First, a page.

Monday, February 28, 2011

Eating Disorder Study

I'd love to have a dollar for all the people who, after learning that I work with eating disorders, say something to the effect of, "I wish I had an eating disorder."  Then, there are those who think recovery is simple--just eat, or just limit what you eat--when it's not.  Eating disorders are not simply choices.  New research (see the abstract below) actually provides evidence for such interpretations of eating disorders and recovery.
A Comparison of Stigma Toward Eating Disorders Versus Depression. Objective: The goal of this study was to compare the degree of stigma associated with anorexia nervosa (AN), bulimia nervosa (BN), and depression. Method: Participants read one of three vignettes describing clinical cases of AN, BN, or depression, and answered questions assessing stigma toward individuals with one of these three mental disorders. Results: Attitudes toward individuals with eating disorders were significantly more stigmatizing than attitudes toward individuals with depression. Individuals with an eating disorder were rated as more fragile, more responsible for their disorder, and more likely to use their disorder to gain attention than individuals with depression. Furthermore, the majority of participants reported that they admired certain aspects of eating disorders, thought that there might be some benefits to having an eating disorder, and that others would be motivated to imitate eating disorder behavior. Discussion: Stigma toward individuals with eating disorders is greater than stigma toward depression and includes unique features such as attitudes of envy. Implications of these results for the understanding of mental disorder stigma and eating disorders are discussed. Source: Int J Eat Disord. 2010 Nov 1;43(7):671-4.


ania said...

I think that part of the envy comes with the perception of desirable outcomes.

Please note that these are not my views, but reflect the mindset behind comments I've heard and read

Bulimia - "Eat large quantities of whatever one chooses while managing weight to some extent".

Anorexia - "Exercise control to achieve quick/drastic weight loss"

I would suggest, however that the mania cycle of Manic Depression/Bipolar Disorder results in a similar envy - "I wish I had that energy to get so much done! I wish I could go through periods of intense creativity!"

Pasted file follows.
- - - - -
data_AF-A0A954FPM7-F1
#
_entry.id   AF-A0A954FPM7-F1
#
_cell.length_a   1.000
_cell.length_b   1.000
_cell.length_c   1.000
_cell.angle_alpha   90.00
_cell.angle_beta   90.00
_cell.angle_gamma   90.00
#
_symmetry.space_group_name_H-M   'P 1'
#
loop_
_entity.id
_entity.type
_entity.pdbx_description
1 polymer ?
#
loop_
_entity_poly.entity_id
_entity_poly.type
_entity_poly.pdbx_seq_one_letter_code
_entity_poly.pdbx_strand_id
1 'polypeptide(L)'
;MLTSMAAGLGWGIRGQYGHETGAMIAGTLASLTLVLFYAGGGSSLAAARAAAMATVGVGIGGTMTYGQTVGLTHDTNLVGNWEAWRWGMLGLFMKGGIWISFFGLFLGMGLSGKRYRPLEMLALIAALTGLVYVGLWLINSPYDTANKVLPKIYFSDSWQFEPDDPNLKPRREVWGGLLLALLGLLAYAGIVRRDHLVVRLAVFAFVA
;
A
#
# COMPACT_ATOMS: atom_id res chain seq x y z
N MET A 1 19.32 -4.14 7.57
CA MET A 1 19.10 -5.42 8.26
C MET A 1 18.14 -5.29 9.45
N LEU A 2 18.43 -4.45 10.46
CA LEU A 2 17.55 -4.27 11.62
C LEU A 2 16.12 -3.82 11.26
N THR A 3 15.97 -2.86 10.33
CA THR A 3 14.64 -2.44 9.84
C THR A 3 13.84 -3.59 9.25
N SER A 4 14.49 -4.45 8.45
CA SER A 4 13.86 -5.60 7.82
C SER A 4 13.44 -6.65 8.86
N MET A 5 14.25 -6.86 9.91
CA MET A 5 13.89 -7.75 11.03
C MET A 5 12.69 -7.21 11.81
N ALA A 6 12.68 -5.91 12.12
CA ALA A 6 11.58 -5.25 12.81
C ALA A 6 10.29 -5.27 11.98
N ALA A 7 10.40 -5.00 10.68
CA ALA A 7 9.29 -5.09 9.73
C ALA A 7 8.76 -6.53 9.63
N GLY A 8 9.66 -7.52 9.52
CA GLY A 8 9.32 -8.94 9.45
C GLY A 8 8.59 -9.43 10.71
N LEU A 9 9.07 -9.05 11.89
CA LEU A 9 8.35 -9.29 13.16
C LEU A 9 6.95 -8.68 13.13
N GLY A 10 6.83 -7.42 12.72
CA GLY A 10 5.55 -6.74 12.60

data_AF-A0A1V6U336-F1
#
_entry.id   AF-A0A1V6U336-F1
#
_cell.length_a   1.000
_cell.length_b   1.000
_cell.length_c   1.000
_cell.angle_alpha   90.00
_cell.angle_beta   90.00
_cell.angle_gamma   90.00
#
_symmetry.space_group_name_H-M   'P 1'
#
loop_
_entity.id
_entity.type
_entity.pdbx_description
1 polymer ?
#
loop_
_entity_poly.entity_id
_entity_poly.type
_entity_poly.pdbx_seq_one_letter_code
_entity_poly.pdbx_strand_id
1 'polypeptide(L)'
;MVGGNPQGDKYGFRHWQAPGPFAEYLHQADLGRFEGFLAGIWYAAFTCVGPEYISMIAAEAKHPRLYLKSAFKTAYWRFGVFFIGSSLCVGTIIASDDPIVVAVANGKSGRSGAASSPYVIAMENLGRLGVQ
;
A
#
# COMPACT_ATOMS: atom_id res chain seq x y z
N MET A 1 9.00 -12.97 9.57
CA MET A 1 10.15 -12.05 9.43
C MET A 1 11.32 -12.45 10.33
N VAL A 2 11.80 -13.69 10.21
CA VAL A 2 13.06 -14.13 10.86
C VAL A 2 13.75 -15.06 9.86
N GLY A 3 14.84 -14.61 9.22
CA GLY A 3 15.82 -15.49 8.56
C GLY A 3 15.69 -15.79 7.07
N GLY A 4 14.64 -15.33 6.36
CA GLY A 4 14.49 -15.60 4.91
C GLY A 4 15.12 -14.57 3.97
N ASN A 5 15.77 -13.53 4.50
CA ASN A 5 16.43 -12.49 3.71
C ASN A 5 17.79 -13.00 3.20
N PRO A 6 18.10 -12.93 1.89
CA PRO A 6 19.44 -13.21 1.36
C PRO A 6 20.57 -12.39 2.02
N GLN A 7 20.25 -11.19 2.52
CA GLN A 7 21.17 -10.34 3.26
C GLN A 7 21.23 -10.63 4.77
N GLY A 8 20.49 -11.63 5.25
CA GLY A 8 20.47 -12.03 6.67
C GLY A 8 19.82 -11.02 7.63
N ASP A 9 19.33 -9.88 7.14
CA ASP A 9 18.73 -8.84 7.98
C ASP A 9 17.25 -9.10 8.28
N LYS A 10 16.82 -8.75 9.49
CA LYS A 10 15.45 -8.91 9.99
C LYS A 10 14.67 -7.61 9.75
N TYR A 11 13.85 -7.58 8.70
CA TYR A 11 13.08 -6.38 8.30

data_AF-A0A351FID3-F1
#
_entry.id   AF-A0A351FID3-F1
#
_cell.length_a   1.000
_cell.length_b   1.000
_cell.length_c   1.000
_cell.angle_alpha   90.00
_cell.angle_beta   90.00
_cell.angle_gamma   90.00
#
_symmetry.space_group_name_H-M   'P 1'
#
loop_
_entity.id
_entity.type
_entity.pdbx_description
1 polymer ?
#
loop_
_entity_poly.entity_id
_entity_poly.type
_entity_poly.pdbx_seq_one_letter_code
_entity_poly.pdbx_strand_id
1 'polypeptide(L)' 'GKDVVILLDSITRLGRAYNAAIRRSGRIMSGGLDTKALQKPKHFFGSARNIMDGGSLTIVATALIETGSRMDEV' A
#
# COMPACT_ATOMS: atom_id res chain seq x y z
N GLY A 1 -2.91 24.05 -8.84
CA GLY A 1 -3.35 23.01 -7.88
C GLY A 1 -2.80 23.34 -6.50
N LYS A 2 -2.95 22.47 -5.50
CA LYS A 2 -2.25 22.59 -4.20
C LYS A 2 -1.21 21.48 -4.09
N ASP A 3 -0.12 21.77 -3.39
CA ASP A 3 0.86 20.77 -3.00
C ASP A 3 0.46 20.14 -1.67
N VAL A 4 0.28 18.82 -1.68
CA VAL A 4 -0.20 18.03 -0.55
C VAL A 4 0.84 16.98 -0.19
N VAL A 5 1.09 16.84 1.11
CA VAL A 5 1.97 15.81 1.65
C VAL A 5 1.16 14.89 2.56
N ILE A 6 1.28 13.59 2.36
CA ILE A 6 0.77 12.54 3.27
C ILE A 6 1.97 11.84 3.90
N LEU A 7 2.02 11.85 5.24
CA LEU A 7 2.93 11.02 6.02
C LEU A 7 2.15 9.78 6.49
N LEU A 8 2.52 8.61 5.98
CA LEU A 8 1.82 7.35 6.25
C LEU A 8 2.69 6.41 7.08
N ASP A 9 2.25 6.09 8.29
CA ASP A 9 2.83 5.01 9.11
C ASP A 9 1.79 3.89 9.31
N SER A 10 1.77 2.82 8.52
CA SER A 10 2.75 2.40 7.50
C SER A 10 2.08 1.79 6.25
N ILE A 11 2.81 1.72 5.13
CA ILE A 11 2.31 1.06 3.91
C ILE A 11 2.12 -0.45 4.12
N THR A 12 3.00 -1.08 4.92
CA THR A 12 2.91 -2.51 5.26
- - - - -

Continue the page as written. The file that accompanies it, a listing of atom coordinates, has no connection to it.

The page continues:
J at said...

People who say these things have never been in the head of someone suffering the extreme self-hatred of these disorders. It's not something to envy. I would not wish an eating disorder upon my worst enemy.

There's an anorexic woman in my neighborhood, and every time I see her bony spine pass me on the trail, shaking her arms above her head to burn more calories, it breaks my heart.

Kai said...

Most of my life I have been a compulsive over eater - when I reached my teens, I took different eating patterns and diet fixations which earned me the diagnosis of ed-nos. Still to this day, I am jealous of anorexia - the opposite of what I've suffered for many years. Somehow I felt that I'd rather be not eating and underweight, then constantly eating and overweight. Although I still often think this way, I'm more aware that suffering is suffering, no matter which way you wrap and put a pretty bow on it.

Your blog is great, I'd like to keep following you!

UnmotheredChild said...

I believe that most eating disorders stem from early relationship with the maternal caregiver.

EDNOS said...

Oh my goodness! I just wrote about envy on my blog the other day. This really hit home for me: I wish I had a 'better' eating disorder and I know that I need support at home to recover but I can't get over the stigma associated with having an eating disorder and tell my family

McCall Hunt said...

I have great empathy for your struggles. I just want to assure you that the opposite of what you struggle with is full of depression and is so empty and doesn't have satisfaction. The fact that it seems like an addiction that causes weight loss would be more bearable than the opposite just shows how effectively warped our society is in how it says thinness is a source of happiness.